Spray Drying

Spray drying is a powder-producing process in which a slurry of liquids and solids or a solution is atomized into droplets in a chamber through which heated gases, usually air, are passed. Figure 2 represents a typical spray dryer utilizing a disk atomizer with co-current air flow. Examples of commercially spray-dried powders are shown in Fig. 3. Spray drying is used widely in the pharmaceutical, chemical, and food industries. It is used to a lesser extent in the metals-related industries.


Feed material Inlet tern peral u re \

/ Air disperser

Air healer

Air exhaust 10 scrubber


Air healer

Drying chamber

Outlet temperature

Coarse powder discharge

Fine powtfer discharge

Fig. 2 Typical spray dryer arrangement

Fig. 3 Micrographs of commercially spray-dried granules. (a) Ferrite, 75x. (b) Zirconia, 30x

Spray drying offers several advantages over other powder-processing techniques, particularly in applications requiring agglomerates for subsequent pressing and sintering operations. Spray drying also is one of the most economical ways of drying slurries.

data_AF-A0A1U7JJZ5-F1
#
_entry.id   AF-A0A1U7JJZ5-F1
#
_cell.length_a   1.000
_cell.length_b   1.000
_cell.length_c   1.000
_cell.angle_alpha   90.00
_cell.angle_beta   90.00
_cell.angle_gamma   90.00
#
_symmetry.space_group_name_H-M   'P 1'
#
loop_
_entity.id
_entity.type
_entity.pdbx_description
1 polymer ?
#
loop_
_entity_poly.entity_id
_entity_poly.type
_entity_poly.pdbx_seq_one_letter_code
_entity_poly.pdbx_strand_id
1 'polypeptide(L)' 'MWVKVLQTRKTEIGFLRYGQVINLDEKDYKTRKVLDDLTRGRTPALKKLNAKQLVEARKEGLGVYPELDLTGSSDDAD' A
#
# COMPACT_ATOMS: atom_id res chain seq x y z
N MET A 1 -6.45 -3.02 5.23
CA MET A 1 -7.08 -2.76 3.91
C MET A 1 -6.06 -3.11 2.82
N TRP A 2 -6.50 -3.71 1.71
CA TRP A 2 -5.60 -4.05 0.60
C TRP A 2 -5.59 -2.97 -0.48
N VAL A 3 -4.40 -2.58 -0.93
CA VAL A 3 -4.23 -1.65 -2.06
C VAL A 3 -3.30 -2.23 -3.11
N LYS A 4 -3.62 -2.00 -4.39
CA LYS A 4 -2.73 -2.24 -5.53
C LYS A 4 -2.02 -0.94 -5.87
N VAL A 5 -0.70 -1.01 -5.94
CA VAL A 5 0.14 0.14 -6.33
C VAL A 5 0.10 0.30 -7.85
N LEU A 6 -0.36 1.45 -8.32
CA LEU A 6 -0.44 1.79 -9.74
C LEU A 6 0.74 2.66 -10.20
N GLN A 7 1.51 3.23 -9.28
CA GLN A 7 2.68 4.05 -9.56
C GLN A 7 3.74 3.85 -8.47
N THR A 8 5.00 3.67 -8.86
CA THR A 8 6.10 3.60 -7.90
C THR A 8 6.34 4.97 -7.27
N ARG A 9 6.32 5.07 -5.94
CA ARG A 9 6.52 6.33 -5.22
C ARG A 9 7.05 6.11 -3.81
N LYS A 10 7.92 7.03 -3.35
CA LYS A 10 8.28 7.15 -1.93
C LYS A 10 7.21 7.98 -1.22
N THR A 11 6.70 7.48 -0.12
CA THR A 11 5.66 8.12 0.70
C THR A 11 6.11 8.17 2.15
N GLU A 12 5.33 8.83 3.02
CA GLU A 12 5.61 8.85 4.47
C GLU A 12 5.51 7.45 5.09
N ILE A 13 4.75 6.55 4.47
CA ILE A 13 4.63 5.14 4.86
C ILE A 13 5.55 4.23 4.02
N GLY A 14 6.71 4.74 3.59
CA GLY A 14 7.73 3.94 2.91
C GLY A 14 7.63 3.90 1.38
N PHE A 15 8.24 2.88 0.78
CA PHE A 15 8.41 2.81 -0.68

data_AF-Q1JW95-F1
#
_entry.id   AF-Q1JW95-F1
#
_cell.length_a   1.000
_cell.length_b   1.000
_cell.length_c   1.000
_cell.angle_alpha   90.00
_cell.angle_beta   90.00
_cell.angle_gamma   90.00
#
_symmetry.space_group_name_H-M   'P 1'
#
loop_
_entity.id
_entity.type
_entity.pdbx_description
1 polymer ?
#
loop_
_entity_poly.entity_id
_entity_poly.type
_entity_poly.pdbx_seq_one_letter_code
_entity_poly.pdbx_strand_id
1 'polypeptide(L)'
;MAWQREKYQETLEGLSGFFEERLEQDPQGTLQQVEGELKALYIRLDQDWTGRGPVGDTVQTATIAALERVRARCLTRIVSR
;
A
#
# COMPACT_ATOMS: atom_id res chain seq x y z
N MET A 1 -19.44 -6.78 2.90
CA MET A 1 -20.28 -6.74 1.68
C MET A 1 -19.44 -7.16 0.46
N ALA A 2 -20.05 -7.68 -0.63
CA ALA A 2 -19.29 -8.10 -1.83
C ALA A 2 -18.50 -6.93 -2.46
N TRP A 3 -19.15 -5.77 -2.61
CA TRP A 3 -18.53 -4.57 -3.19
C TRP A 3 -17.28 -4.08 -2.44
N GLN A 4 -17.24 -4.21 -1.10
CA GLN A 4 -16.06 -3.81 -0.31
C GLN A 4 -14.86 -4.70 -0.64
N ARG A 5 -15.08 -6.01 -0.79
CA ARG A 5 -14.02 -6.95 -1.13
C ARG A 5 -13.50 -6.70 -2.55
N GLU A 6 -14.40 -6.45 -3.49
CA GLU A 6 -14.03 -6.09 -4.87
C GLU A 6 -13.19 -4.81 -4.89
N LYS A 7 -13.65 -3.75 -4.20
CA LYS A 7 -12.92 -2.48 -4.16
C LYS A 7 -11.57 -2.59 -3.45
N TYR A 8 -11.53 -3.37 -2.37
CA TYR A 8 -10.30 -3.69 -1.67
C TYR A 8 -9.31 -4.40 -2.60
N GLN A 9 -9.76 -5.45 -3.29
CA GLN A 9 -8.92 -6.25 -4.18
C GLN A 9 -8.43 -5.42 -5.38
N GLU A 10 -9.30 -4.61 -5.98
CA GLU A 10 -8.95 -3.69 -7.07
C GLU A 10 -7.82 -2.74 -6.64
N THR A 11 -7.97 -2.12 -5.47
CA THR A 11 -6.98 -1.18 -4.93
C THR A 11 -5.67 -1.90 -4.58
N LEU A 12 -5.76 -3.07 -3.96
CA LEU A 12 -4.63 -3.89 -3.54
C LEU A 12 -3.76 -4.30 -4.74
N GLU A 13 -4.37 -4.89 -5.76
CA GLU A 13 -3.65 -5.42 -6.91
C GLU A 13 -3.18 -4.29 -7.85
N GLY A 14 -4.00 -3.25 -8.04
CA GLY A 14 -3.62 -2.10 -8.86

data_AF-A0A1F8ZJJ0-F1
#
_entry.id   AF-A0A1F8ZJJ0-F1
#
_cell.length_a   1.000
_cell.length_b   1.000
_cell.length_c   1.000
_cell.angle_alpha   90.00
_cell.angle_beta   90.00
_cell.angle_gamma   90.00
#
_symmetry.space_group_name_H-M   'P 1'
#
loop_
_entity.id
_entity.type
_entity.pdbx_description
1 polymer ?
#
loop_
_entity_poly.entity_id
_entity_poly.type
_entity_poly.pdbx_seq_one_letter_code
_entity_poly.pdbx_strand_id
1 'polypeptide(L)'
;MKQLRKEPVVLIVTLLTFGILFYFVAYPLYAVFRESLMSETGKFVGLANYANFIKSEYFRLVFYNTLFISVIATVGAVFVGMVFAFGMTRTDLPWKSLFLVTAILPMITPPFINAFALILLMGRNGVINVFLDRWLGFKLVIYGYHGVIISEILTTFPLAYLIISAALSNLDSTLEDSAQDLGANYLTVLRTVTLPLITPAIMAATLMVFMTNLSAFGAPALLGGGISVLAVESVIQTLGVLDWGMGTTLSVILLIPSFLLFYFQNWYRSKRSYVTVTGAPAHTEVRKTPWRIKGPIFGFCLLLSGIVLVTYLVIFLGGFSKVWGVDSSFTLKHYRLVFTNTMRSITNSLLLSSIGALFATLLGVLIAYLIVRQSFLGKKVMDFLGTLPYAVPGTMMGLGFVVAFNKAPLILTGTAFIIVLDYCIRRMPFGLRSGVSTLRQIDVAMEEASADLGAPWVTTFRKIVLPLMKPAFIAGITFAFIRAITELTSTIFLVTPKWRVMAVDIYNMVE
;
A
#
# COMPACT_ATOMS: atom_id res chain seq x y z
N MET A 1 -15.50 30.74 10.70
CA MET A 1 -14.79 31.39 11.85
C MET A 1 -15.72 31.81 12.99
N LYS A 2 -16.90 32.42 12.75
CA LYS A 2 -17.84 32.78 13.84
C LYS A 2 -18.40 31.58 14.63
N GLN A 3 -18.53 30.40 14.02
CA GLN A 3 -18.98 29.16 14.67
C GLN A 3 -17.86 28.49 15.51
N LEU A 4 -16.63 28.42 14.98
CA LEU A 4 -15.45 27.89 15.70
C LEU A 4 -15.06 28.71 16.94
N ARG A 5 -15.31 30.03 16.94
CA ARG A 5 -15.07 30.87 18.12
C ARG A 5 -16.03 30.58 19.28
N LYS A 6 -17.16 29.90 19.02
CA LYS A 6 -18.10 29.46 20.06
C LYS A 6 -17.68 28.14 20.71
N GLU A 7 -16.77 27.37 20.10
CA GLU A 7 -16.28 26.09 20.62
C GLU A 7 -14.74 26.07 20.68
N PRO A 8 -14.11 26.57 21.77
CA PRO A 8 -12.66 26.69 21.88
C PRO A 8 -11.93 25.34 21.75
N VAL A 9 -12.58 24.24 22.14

Spray drying is a continuous rather than a batch process that allows close control of agglomerate size, bulk density, and moisture content. Agglomerate shape is spherical, facilitating excellent flowability. Particles have very short exposure time. Residence time within the dryer may range from 2 to 20 s, depending on dryer size. Therefore, heat-sensitive materials can be spray dried. Lubricating additives can be added easily for die pressing applications.

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